Holy crap. Black Hammer #3 was downright riveting and with nary an action scene. After spending Issue #2 getting to know the tragic tale of Gail, we now delve into Barbalien’s past, and it’s bittersweet as hell. Taking a page from Edgar Rice Burroughs’ famous series, Jeff Lemire titles this issue, “The Warlord of Mars,” which is smartly fitting in multiple ways: Barbalien’s home planet, the time period in which these types of serials were huge in comics, and the irony in how it deals with Barbalien’s political stance.
As we delve into his past, we see his loneliness. Seeing his personal story unfold also draws more clarity between his and Gail’s struggle in being stuck on this farm and Abe’s feeling of contentedness. The conflict in all this isn’t derived from super villains, but from the point of views of our characters. It doesn’t come from putting them in a heightened situation or saving the world, but from a deescalated situation in which they have to take a closer look at themselves. This is a superhero drama unlike anything I’ve read before.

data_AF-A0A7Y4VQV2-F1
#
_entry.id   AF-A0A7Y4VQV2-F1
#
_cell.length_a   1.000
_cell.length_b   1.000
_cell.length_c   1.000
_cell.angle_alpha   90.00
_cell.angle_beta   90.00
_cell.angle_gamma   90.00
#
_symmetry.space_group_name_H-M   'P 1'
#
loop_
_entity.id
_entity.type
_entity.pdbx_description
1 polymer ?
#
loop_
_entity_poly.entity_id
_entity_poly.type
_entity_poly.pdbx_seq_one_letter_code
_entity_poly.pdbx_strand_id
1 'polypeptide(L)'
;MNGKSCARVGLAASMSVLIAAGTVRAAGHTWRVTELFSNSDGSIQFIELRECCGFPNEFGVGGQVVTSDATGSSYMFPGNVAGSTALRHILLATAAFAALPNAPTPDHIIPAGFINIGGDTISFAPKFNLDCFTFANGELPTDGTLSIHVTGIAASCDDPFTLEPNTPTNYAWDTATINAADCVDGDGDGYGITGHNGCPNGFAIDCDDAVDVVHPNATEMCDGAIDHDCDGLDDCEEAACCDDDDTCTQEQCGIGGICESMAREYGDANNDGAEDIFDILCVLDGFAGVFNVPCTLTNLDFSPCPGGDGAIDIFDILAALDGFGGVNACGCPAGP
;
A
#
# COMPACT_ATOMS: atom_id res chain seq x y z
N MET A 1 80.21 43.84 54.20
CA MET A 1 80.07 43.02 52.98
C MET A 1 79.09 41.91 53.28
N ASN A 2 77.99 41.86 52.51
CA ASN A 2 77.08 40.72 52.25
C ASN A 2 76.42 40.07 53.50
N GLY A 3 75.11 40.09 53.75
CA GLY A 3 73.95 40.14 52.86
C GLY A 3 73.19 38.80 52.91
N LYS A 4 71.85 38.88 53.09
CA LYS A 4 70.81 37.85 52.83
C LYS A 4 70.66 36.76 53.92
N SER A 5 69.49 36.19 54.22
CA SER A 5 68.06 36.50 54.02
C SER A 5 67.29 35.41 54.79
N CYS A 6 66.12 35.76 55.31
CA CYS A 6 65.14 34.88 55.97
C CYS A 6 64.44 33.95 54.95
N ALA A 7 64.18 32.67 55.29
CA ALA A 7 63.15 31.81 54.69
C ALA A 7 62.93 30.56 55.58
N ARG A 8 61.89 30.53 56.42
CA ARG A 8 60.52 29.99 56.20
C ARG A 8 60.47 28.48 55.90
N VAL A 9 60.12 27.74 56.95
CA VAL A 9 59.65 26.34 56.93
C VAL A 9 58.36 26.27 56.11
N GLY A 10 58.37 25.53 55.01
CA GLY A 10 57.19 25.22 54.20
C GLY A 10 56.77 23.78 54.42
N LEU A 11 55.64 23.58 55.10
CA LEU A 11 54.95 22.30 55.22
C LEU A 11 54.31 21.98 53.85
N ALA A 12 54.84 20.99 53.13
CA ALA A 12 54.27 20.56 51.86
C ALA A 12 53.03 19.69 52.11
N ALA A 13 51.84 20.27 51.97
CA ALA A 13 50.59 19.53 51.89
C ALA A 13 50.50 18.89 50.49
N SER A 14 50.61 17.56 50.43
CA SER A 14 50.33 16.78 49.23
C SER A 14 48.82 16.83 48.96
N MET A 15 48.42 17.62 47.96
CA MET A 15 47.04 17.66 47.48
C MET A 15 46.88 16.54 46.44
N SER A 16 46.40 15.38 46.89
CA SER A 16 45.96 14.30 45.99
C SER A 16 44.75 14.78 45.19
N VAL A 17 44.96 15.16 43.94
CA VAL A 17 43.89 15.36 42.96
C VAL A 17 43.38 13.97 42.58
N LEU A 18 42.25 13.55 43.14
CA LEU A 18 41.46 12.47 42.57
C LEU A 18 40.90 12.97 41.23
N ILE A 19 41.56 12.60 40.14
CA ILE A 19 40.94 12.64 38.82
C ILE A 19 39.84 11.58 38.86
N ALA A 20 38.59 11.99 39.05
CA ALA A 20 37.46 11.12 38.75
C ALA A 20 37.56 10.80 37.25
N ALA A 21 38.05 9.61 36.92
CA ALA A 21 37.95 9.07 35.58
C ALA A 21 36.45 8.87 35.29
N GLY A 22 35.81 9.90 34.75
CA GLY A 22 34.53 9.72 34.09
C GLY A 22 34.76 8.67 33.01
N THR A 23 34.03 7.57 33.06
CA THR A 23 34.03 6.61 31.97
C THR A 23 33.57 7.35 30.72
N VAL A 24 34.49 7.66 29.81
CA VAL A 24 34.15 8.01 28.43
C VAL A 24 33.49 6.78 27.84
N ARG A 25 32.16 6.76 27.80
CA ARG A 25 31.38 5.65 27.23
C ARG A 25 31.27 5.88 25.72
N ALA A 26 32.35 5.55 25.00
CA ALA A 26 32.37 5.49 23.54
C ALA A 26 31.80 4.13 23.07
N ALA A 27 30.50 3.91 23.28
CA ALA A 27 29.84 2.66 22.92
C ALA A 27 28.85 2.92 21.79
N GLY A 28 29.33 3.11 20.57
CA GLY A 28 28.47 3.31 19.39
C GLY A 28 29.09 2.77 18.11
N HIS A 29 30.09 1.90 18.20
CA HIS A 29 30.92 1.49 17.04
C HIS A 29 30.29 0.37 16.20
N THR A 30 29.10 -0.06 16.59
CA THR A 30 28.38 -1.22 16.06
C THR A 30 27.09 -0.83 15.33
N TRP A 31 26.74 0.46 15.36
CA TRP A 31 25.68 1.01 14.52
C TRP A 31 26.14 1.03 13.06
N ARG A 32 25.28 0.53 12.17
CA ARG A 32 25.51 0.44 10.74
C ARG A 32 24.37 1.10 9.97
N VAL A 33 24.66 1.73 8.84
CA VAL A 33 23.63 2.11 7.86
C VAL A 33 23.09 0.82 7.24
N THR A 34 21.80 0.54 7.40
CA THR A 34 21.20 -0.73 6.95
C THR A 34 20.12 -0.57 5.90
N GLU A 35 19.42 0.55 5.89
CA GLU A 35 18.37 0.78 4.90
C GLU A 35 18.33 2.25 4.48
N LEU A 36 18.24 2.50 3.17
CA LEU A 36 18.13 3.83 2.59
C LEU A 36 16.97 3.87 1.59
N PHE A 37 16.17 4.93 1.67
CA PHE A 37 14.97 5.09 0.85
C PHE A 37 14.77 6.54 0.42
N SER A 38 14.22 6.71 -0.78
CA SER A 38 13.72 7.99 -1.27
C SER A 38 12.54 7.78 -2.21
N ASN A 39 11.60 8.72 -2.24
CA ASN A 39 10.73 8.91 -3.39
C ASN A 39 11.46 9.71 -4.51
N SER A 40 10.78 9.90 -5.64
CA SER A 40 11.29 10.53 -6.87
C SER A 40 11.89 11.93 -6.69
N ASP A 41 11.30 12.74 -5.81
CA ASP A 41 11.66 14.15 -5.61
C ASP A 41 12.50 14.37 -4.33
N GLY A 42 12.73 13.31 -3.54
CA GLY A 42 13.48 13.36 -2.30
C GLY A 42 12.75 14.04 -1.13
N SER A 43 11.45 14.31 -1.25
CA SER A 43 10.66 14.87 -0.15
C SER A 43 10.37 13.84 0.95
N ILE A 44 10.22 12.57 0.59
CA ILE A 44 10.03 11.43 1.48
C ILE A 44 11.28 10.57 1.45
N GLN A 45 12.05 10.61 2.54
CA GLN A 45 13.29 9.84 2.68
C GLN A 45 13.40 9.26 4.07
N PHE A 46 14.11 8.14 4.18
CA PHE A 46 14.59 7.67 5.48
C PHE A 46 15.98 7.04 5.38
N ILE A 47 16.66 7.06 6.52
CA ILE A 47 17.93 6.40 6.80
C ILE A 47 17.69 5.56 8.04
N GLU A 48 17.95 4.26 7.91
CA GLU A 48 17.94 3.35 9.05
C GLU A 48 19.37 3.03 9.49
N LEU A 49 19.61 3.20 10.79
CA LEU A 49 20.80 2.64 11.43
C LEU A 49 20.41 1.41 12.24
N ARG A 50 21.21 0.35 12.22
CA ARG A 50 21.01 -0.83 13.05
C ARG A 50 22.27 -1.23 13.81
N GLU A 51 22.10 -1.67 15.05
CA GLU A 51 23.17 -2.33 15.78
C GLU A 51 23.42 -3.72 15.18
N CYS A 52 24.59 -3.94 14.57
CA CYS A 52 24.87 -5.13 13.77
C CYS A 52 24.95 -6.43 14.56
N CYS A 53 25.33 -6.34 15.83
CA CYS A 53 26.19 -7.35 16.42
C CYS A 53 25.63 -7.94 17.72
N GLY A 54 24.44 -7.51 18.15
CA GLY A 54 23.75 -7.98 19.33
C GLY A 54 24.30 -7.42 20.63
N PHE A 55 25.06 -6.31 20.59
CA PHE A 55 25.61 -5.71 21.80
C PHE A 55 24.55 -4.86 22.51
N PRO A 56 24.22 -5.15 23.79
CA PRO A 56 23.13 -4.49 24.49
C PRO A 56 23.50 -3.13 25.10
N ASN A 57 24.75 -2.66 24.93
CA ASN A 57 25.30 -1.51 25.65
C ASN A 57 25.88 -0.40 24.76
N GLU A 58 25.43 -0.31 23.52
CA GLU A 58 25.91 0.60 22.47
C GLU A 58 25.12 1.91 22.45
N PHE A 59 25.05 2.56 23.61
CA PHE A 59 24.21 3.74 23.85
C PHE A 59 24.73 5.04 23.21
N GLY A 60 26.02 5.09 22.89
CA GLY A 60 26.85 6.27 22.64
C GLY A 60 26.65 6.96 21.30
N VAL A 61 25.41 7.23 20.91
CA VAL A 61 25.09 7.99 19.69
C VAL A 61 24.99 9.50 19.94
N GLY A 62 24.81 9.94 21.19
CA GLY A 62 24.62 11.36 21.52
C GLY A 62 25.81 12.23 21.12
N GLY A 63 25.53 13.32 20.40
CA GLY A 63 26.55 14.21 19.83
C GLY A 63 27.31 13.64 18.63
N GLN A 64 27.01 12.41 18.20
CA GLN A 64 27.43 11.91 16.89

I stand by my comment made in my review of the first issue that once the characters become fully formed, you should go back and read the issue again, and everything will come to life in a way that it didn’t for me the first time through. I can feel that happening already. Already, Lemire is spinning a soul-searching psychological story of regret, isolation, being different, and wanting something normal.
It’s surprisingly poetic and equally heartbreaking. If you’re going to start a new comic, I can safely say three issues in that this book will be one of the best titles on the shelves for some time.
Dean Ormston’s art is peculiar in just the right way. It’s atypical in a way that captures the emotional state of everything happening perfectly. Plus, Dave Stewart’s coloring is magic. He just finished the vivid House of Penance.
This is a book by pros at the top of their games. Don’t miss out.